It is not for nothing that the very nature of local character has gained the nickname of local colour. Colour runs through all our experience; and we all know that our childhood found talismanic gems in the very paints in the paint-box, or even in their very names. And just as the very name of 'crimson lake' really suggested to me some sanguine and mysterious mere, dark yet red as blood, so the very name of 'burnt sienna' became afterwards tangled up in my mind with the notion of something traditional and tragic; as if some such golden Italian city had really been darkened by many conflagrations in the wars of mediaeval democracy. Now if one had the caprice of conceiving some city exactly contrary to one thus seared and seasoned by fire, its colour might be called up to a childish fancy by the mere name of 'raw umber'; and such a city is New York. I used to be puzzled by the name of 'raw umber,' being unable to imagine the effect of fried umber or stewed umber. But the colours of New York are exactly in that key; and might be adumbrated by phrases like raw pink or raw yellow. It is really in a sense like something which the satiric would call half-baked. And yet the effect is not only beautiful, it is even delicate. I had no name for this nuance: until I saw that somebody had written of 'the pastel-tinted towers of New York'; and I knew that the name had been found. There are no paints dry enough to describe all that dry light; and it is not a box of colours but of crayons. If the Englishman returning to England is moved at the sight of a block of white chalk, the American sees rather a bundle of chalks. Nor can I imagine anything more moving. Fairy tales are told to children about a country where the trees are like sugarsticks and the lakes like treacle, but most children would feel almost as greedy for a fairyland where the trees were like brushes of green paint and the hills were of coloured chalks.Now let us proceed to consider the train set, which art ranks far lower (alas) in the eyes of the ignorant academic. But it should not, for its art is closer to Man's, though not opposed to God's! J. K. Rowling showed herself a great Chestertonian when she made the Hogwarts students ride to school on a train, for the train is unspeakably magic even in our own world as Chesterton knew:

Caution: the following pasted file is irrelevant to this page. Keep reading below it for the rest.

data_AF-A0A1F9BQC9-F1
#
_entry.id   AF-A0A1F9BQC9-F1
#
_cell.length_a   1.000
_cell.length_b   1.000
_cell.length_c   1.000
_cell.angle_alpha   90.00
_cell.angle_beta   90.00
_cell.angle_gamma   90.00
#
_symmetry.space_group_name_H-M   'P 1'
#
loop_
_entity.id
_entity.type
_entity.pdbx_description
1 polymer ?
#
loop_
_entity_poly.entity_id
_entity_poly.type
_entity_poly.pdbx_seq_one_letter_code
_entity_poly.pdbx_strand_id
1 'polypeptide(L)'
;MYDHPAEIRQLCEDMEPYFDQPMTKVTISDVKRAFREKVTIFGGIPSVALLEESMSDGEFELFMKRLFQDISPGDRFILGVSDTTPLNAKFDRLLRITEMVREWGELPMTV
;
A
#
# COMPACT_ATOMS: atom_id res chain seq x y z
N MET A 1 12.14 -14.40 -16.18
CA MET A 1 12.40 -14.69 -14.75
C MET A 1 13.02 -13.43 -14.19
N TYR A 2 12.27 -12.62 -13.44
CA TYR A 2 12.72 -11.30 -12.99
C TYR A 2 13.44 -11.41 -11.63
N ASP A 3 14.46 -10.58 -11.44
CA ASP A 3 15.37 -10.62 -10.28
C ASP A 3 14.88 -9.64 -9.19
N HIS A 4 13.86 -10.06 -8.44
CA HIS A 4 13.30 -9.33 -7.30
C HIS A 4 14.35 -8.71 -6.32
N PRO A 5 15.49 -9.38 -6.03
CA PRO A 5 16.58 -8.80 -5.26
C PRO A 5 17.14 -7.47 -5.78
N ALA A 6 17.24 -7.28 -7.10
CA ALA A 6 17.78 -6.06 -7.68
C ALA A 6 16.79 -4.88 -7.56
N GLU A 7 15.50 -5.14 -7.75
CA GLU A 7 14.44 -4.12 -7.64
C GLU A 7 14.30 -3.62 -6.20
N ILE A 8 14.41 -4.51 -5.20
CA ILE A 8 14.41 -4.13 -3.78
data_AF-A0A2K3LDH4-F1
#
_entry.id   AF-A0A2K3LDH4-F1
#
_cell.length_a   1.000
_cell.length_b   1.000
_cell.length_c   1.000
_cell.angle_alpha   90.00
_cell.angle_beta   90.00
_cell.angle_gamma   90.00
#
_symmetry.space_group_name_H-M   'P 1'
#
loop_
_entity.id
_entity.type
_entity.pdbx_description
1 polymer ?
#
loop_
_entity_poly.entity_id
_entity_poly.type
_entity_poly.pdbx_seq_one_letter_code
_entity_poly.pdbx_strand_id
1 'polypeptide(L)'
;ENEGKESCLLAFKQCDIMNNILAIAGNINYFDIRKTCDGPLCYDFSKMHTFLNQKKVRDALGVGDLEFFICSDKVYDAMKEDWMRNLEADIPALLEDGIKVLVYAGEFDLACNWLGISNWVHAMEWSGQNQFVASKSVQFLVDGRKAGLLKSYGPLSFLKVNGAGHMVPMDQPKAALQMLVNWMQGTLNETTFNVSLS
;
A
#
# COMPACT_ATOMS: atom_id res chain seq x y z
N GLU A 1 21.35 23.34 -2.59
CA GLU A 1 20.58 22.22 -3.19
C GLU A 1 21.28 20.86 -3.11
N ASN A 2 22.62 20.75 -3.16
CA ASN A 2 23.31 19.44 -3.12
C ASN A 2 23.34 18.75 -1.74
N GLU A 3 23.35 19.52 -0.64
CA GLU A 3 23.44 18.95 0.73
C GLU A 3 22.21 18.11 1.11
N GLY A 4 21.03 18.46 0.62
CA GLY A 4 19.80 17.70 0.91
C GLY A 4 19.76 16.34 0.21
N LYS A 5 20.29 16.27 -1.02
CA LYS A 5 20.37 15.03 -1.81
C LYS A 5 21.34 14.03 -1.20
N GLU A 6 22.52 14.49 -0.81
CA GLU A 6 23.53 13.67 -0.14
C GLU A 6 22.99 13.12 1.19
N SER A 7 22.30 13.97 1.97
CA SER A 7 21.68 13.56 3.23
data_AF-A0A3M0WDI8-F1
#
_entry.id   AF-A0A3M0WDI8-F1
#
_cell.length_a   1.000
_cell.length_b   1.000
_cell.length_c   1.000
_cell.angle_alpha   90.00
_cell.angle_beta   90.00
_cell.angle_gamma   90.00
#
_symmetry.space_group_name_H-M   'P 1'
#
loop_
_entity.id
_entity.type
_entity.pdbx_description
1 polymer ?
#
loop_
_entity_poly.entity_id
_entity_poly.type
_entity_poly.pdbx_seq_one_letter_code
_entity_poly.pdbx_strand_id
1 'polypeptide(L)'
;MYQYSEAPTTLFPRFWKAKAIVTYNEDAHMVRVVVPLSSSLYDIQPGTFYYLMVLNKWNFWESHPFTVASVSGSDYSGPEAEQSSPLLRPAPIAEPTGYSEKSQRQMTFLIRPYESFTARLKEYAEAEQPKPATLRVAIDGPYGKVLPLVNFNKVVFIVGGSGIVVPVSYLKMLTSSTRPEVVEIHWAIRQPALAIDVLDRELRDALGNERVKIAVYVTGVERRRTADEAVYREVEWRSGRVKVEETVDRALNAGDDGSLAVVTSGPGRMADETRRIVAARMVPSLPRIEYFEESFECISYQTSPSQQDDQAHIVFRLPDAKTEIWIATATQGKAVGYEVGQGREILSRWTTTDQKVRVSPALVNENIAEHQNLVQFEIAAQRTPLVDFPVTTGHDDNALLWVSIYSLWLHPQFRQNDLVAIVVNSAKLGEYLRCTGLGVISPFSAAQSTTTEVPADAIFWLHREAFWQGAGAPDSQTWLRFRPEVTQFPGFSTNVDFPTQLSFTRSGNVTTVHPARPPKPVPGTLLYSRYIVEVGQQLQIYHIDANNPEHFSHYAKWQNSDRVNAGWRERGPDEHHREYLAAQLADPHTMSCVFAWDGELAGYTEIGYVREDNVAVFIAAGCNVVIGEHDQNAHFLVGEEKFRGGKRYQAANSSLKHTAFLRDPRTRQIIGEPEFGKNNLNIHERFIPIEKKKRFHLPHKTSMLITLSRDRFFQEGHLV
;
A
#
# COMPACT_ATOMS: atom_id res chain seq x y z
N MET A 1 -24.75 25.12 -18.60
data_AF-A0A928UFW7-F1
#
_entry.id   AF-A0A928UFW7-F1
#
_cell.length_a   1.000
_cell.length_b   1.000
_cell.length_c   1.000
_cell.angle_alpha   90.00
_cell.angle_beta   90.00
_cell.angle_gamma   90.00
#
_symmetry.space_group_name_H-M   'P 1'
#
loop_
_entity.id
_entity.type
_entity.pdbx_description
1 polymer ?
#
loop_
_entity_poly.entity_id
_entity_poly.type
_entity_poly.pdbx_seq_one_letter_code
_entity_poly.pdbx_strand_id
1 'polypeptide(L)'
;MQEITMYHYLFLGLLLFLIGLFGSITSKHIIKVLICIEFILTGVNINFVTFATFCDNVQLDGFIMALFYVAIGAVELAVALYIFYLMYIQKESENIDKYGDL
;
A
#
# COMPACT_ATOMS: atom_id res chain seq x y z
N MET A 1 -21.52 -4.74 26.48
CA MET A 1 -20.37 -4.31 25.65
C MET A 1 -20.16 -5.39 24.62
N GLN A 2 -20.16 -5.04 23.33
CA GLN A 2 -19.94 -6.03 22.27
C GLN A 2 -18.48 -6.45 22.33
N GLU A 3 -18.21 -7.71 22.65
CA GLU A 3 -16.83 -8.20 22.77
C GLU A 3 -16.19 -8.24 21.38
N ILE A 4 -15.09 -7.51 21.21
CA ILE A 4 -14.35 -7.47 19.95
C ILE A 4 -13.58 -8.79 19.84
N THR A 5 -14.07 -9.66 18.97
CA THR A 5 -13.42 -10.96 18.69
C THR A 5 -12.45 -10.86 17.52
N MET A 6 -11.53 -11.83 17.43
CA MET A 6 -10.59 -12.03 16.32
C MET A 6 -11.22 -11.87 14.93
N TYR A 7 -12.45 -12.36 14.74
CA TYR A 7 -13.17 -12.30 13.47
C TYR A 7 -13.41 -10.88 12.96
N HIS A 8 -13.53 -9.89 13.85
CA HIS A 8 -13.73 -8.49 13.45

[GKC What I Saw In America CW21:87]